Fiscal policies in the fiat bloc have unleashed socio-economic anarchy upon a world stumbling toward a new monetary order. Dial spinners beggar their nations to facilitate management of generic human inventory. No one can see when they will wean the addict from its fix. They may assert reasons to increase POMO for years. The ultimate withdrawal / crash will be heard around the world and precious metals will emerge from the wreckage resulting from this transformative experiment in fiscal-economic apocalypse.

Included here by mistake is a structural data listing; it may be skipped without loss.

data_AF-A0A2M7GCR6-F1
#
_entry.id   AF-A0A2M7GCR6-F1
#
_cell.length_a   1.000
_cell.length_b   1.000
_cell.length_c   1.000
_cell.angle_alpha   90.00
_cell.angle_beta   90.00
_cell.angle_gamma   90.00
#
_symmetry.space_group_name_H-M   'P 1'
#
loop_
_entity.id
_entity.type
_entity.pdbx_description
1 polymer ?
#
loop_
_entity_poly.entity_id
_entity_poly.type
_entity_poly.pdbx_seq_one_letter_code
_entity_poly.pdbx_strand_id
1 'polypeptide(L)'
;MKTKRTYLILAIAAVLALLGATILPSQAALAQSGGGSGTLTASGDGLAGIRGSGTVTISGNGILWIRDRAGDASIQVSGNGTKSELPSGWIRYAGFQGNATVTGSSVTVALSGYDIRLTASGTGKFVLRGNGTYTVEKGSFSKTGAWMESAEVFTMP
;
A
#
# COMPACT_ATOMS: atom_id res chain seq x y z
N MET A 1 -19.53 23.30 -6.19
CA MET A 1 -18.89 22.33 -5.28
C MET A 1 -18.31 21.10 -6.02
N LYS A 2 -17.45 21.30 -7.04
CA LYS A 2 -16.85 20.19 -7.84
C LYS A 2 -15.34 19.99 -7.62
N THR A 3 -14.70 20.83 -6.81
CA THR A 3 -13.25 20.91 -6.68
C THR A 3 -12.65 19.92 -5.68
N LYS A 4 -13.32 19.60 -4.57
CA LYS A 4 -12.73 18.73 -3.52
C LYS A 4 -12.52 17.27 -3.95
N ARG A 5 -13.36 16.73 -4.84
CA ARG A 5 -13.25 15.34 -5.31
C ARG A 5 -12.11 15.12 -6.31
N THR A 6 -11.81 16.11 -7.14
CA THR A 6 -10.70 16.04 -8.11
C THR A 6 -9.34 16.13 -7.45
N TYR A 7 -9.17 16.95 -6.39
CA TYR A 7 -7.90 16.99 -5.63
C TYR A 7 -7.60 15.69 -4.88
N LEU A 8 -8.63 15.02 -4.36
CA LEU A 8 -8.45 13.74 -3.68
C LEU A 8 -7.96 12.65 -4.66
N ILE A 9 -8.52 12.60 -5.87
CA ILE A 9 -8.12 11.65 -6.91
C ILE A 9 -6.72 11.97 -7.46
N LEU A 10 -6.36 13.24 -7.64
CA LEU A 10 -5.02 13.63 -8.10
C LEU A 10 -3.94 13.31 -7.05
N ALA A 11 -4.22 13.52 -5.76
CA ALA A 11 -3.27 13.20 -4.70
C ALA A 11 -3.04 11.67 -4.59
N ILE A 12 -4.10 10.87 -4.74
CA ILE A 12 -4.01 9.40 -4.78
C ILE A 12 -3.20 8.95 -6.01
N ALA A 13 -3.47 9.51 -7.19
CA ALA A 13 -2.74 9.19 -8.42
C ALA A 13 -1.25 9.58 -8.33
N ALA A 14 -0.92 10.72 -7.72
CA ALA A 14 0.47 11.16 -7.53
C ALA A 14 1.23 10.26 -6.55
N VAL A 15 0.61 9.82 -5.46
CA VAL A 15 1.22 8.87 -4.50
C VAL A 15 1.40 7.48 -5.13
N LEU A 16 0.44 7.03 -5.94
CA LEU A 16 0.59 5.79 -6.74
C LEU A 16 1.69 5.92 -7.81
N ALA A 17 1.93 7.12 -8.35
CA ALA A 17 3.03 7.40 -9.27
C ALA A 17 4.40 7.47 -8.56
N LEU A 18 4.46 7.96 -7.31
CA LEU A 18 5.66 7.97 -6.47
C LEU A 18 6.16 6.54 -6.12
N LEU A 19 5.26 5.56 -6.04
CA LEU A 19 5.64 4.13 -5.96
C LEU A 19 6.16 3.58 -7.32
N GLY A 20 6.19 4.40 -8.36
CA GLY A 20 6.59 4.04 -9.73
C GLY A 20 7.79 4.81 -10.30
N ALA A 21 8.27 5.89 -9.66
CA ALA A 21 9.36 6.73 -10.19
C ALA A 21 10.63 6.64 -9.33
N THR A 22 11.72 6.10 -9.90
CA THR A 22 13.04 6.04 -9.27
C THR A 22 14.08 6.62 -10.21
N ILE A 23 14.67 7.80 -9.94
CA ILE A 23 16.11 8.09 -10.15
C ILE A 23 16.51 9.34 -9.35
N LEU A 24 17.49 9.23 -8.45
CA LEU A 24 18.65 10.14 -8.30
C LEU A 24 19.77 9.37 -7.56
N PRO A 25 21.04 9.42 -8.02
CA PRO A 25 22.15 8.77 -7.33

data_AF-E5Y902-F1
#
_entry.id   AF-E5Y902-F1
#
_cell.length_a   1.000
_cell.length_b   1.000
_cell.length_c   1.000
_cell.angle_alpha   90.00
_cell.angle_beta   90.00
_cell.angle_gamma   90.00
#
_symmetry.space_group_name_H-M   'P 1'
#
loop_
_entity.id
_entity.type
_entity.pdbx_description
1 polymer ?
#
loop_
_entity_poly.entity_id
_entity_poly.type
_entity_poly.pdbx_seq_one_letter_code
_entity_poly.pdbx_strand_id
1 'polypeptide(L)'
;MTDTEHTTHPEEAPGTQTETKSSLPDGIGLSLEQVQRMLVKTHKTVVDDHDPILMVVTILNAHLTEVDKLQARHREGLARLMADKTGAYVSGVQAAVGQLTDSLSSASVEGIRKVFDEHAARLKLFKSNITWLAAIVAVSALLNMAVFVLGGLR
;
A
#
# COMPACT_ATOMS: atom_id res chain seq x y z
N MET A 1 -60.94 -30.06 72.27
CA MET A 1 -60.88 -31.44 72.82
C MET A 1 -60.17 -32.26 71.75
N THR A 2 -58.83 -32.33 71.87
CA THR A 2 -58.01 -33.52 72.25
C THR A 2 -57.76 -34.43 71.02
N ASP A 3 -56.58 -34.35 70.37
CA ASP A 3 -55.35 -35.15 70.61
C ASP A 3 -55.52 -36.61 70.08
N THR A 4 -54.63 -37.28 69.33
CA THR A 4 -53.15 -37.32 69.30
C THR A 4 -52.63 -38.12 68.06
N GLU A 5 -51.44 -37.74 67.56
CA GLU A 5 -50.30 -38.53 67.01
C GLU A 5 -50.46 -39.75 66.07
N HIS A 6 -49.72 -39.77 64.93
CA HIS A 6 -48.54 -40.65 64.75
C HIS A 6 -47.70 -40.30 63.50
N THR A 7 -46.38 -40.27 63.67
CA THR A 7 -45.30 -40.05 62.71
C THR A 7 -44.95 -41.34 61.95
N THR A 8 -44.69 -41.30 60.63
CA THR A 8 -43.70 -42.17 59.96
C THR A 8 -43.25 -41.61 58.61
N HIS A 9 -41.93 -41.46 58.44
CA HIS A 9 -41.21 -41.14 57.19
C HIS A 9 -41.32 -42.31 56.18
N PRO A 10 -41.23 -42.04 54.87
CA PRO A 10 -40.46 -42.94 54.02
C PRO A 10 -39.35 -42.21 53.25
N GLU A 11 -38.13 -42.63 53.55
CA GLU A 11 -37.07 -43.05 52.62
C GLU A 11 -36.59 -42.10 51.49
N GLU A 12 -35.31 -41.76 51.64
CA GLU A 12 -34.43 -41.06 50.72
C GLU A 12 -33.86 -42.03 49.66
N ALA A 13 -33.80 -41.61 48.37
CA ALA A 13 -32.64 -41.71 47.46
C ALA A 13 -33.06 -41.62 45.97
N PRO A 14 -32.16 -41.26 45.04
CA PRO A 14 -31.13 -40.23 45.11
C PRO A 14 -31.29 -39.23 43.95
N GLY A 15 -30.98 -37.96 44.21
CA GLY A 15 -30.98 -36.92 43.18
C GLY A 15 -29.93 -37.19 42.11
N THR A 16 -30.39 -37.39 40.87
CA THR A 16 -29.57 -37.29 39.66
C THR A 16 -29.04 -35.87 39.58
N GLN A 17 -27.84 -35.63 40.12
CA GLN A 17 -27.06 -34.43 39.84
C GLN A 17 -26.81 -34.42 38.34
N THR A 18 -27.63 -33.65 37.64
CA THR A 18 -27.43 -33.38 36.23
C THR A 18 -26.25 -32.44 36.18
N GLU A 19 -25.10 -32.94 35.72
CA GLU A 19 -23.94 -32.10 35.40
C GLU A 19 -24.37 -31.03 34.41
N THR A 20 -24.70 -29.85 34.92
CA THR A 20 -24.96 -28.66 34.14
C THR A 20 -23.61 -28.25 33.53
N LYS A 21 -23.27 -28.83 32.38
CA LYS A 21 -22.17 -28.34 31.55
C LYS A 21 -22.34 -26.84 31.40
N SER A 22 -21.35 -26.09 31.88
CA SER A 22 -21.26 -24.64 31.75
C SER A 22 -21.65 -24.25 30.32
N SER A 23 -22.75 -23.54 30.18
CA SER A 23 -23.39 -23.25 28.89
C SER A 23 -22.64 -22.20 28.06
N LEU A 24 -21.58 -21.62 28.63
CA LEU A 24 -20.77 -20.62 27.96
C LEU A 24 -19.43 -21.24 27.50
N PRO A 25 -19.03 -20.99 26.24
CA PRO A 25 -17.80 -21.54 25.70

In the fiat-POMO era depressed metals and miners are a growth strategy as well as a hedge. We have been dragged into a fiscal-economic dusk where experts intend "to serve man" per the famous Twilight Zone episode. In a March 05 interview, Stan Druckenmiller said regarding entitlements that "there are too many eaters," a turn of phrase with nasty historical resonance. Ads instruct seniors "don't outlive your money" while fiscal policies destroy wealth and tribunes of the people incite class and inter-generational rage and distrust. So what shall we do?